Although version 3 of the LEED rating systems has only recently been released, the first Platinum certified project has been completed. It should come as no surprise that the U.S. Green Building Council (USGBC), home of the LEED green building certification system, is the first to achieve LEED v3 Platinum certification.
The USGBC moved into the two-story, 75,000-square-foot facility in March 2009. Due to the green building boom, the organization has seen tremendous growth and quickly outgrew its old headquarters. The USGC is currently working with more than 35,000 projects in 50 states and 91 countries. These project managers can now look to the USGBC building as a shining example of what a LEED for Commercial Interiors (LEED-CI) Platinum project looks like.
In order to achieve LEED-CI Platinum certification, a project must obtain at least 80 out of 110 available points. The USGBC headquarters received 94 total points. The point breakdown includes 19/21 points in Sustainable Sites, 11/11 in Water Efficiency, 36/37 in Energy & Atmosphere, 8/14 in Materials & Resources, 11/17 in Indoor Environmental Quality, 6/6 in Innovation in Design, and 3/4 Regional Priority Credits.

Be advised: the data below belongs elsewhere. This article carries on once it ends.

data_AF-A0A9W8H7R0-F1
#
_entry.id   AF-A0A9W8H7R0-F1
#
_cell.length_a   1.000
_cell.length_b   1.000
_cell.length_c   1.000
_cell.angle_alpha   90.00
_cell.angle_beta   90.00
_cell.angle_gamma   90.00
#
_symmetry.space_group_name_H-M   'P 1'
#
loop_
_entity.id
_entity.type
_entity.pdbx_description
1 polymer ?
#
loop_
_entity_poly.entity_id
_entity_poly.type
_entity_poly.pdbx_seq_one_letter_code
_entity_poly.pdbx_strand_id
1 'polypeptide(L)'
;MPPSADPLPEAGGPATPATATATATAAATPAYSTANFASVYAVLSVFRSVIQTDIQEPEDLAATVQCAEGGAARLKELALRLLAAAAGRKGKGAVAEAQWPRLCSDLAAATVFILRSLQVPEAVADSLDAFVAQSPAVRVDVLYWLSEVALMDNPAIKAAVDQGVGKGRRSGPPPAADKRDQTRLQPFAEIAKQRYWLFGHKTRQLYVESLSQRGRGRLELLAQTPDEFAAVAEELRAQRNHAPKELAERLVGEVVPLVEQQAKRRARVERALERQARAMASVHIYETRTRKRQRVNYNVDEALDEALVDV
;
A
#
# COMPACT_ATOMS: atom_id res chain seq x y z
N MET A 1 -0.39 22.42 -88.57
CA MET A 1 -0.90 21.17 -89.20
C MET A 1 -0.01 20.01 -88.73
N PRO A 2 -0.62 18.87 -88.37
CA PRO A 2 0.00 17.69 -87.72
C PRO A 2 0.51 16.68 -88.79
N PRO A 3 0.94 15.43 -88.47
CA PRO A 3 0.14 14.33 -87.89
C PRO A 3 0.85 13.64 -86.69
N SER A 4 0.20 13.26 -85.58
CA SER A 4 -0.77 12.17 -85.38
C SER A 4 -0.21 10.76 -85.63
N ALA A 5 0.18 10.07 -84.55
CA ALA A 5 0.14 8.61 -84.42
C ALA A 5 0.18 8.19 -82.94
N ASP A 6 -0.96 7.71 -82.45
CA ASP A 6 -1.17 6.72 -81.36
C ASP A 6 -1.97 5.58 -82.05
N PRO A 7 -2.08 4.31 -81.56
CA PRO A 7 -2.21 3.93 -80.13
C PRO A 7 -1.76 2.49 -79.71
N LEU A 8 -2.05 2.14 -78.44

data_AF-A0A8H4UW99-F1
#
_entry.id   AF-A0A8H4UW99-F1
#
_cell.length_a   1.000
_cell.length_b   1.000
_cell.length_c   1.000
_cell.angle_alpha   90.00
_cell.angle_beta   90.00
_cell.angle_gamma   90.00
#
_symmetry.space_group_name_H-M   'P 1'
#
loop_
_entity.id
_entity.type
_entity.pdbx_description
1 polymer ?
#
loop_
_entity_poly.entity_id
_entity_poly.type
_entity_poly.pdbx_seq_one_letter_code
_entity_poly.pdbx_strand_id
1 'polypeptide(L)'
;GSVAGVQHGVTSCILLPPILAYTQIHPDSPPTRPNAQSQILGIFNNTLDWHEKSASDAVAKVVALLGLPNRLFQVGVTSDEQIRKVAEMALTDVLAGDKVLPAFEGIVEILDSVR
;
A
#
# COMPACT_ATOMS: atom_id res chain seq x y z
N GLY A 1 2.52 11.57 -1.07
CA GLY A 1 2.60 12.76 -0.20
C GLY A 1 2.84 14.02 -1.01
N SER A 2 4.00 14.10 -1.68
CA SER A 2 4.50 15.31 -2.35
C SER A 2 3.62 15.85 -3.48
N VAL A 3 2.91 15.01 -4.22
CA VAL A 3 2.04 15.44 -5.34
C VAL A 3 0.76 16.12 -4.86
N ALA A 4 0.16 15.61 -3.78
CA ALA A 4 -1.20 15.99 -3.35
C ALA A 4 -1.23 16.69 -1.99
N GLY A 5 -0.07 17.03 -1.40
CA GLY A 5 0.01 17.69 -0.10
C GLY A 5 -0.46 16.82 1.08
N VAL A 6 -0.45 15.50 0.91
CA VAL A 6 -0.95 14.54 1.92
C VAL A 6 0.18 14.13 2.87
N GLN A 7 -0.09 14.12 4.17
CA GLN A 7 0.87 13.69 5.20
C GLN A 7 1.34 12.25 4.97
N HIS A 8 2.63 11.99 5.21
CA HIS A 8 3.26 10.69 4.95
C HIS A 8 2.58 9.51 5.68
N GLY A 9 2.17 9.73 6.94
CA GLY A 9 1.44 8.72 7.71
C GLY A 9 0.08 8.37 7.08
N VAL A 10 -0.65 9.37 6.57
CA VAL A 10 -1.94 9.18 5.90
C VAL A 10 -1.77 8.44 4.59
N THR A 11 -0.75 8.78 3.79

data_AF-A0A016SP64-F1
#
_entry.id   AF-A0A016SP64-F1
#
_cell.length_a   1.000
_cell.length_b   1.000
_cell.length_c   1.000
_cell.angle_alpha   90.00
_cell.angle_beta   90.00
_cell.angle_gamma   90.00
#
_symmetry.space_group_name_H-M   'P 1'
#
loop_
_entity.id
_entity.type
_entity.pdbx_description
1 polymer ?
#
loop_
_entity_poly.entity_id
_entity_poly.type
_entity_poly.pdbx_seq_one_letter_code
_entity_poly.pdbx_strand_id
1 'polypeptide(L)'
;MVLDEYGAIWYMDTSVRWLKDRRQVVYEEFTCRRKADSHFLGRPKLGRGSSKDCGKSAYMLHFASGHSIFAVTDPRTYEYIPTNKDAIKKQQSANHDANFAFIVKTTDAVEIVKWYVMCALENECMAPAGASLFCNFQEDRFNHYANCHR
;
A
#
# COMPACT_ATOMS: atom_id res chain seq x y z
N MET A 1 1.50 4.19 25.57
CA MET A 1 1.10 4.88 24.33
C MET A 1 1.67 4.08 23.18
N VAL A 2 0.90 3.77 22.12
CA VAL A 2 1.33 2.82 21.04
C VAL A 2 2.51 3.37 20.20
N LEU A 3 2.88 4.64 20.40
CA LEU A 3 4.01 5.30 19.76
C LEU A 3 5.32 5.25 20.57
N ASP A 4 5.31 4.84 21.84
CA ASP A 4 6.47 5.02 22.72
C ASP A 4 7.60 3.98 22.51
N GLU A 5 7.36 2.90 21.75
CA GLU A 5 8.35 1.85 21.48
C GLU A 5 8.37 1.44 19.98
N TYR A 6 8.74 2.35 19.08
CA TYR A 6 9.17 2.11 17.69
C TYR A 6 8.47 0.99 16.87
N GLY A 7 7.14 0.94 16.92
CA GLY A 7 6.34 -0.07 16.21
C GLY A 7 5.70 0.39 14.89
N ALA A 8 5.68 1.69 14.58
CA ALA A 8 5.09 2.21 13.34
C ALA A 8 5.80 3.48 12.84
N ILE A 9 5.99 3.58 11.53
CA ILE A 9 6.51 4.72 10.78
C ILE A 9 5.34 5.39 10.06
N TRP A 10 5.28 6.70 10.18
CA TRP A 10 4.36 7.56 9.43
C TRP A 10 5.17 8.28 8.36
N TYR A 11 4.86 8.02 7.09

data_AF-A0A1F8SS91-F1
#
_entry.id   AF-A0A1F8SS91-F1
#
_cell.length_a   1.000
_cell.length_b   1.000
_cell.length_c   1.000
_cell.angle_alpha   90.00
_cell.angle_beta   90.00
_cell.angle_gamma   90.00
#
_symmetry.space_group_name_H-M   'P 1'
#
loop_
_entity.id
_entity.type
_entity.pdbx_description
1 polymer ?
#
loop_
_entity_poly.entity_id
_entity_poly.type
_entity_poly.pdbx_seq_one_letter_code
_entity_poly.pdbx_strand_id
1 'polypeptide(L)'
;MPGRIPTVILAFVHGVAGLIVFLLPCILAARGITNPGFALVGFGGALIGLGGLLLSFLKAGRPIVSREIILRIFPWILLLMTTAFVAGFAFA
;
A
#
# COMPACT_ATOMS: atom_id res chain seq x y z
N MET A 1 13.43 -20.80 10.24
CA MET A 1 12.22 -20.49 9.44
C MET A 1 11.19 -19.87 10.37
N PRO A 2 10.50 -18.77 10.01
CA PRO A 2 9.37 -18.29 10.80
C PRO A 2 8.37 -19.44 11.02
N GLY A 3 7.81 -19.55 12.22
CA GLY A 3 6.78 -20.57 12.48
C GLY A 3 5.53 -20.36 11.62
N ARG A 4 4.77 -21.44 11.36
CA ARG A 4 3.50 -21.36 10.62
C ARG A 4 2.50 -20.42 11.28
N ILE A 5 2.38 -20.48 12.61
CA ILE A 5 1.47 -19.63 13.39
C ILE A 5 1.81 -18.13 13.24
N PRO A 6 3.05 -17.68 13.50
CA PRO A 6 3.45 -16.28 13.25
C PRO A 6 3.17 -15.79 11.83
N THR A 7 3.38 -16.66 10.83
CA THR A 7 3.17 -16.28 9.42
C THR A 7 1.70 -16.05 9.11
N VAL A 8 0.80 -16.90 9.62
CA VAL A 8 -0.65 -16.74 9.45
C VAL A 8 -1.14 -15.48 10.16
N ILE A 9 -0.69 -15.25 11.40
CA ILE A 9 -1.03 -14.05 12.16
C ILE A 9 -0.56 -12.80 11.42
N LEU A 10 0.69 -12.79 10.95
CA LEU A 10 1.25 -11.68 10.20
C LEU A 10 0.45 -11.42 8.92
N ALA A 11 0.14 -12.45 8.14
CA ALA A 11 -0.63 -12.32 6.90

Eco-friendly features in the building allow for a 40% reduction in water use and more than 50 percent reduction in energy use, when compared to similar non-green office buildings. The facility also uses a real-time energy usage feedback system, floor-to-ceiling glass windows, and electronic window shades.
“The elevator lobby, reception and conference breakout areas are clad in 500-year-old gumwood that was salvaged from the bottom of the Tennessee River. Carved into a two-story section of the gumwood paneling is an off-centered relief of the USGBC logo that clearly brands the space.“ Source: USGBC (PDF)
The USGBC will be hosting tours of the facility that are open to the public. The organization has created a Learning Pathway corridor to showcase the eco-friendly design features used in the office space. Flashcards describing all of the materials used, a display of the actual performance data from the building, and a timeline of the green building movement are just a few of the educational features included in the building.